Taking care of where we walk or photos we take is respectful. The other day I was in a very small village and the tourists outnumbered the locals. Coming from a tourist area myself I know we value tourists for what they bring but I also know how much it can disrupt daily life as tourists observe daily life of locals. For instance taking photos of funeral processions or a small home that lacks in amenities but is big on charm for the well to do tourist.
How we order food or ask questions is also a matter of politeness. What ever happened to etiquette? Just today I witnessed a tourist ask a museum employee about a local festival by pointing to the sign. The employee spoke Spanish and English and the tourist spoke the dominant tourist language commingled with hand motions. All communication broke down despite the employees best efforts to answer them slowly in English and Spanish but did not speak the dominant tourist language. The tourist simply waved her hands in dismissal without even saying “Gracia” for the attempt made by the museum employee. The tourist promptly turned on her heel to complain rather loudly to her companion. The poor museum lady sat down with a look of sadness and exasperation in her face. I can only imagine the rudeness she faces during the tourist season (actually I can because I have experienced it myself from tourists when I was working in a high volume tourist area the last three years).
There is a reason I have not mentioned by name the country of origin of dominant tourists. It is because I don’t want that particular country to be stereotyped or discriminated against. It is also because I refuse to single out one group of similarly behaved tourists and have a micro observation become a macro prejudice.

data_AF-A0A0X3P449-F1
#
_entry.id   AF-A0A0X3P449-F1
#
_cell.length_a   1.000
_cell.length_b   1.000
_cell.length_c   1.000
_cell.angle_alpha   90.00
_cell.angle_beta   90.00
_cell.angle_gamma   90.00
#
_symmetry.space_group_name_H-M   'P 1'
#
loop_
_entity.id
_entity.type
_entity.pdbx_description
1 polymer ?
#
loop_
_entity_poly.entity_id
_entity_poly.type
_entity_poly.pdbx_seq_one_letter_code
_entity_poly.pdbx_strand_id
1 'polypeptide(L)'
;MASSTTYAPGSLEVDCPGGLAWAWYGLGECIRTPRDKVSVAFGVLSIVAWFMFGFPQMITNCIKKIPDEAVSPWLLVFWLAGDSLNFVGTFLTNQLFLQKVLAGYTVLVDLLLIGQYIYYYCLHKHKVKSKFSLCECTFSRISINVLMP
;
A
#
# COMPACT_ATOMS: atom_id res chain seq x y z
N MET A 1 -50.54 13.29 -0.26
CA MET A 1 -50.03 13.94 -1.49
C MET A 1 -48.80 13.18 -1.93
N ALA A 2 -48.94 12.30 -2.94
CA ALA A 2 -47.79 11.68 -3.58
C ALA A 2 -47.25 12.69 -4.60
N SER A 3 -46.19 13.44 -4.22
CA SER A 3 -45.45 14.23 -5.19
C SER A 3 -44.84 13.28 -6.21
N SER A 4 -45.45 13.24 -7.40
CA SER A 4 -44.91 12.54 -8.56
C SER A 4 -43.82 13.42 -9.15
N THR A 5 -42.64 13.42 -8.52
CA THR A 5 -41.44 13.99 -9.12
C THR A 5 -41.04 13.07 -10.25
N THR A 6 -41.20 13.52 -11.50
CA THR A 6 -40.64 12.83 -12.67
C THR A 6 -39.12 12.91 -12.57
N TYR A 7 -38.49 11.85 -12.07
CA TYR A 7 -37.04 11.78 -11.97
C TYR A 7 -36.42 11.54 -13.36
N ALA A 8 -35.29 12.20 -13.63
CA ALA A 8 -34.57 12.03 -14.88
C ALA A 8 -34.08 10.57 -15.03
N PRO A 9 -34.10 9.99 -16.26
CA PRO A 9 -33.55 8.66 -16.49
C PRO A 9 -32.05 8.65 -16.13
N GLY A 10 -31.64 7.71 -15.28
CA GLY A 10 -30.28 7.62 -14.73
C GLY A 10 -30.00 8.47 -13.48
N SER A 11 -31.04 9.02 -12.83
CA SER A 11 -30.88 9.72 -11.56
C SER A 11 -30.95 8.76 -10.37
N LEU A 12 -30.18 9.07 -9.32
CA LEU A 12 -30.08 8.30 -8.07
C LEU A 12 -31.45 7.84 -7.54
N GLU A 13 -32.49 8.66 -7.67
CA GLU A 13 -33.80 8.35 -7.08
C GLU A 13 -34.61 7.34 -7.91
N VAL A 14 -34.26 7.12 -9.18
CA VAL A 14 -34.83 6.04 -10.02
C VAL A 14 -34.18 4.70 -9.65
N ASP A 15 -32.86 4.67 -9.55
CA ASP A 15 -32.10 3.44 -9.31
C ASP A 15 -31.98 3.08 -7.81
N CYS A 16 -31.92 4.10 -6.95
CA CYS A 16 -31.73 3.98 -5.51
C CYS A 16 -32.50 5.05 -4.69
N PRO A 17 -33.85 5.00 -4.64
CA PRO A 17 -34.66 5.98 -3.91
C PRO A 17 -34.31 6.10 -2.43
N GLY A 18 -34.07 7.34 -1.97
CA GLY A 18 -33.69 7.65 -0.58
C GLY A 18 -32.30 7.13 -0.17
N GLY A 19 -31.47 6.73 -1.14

What I have observed has been far more than these examples, which may or may not be scandalous to the reader. But for me they are warning signs of a need for change in how we treat each other. The world is becoming more and more xenophobic, more silent yet louder voices with exhibits old familiar signs of a rapid decline in civility and humanity. Which is why treating others carefully and with respect is so vital right now. If this is how people treat wait staff strangers as subordinates then how must people treat those they know or perhaps employ and have even more power over? Tourist money does not buy power for the purchaser or allow permission to treat others as servants. Tourist money does not entitle one to walk about a village to observe it as some quaint little observatory to see how the under privileged live as a spectacle in a microcosm. The houses are people’s homes where life happens, the same living and dying that happens in rich homes as well, which are perhaps devoid of intimacy that comes from communities of those who are poor (yet rich in humanity).
While I am making close connection between this etiquette lacking spectacle that only brings opportunities for negative attention and a national association, I have yet to see this behaviour exhibited by other nationalities that are revealed by their distinct accents.
At the end of the day I can only conclude that this dominant tourist group has a sense of entitlement that allows them to ignore or disrespect those around them without any self reflection or awareness. Where this sense of entitlement comes from is beyond what I can imagine. Perhaps it is the financial security of their circumstances. Perhaps it is because the EU open borders (which they should be) create a perception that there are no separate countries with their own identity. Perhaps it is because folks are on holiday and they can leave their well behaved and respectful selves behind and can act in a way that no one will hold them accountable. Or perhaps it is because there is little awareness how behaviour impacts others. Or worse, they do know how they are acting and they don’t care.
What ever the cause I do hope that those of us who holiday elsewhere bring with us our patience, our care, our respect and our etiquette with us. After all, Jesus says love your neighbour as yourself. And he doesn’t limit our neighbours to the people who live next door.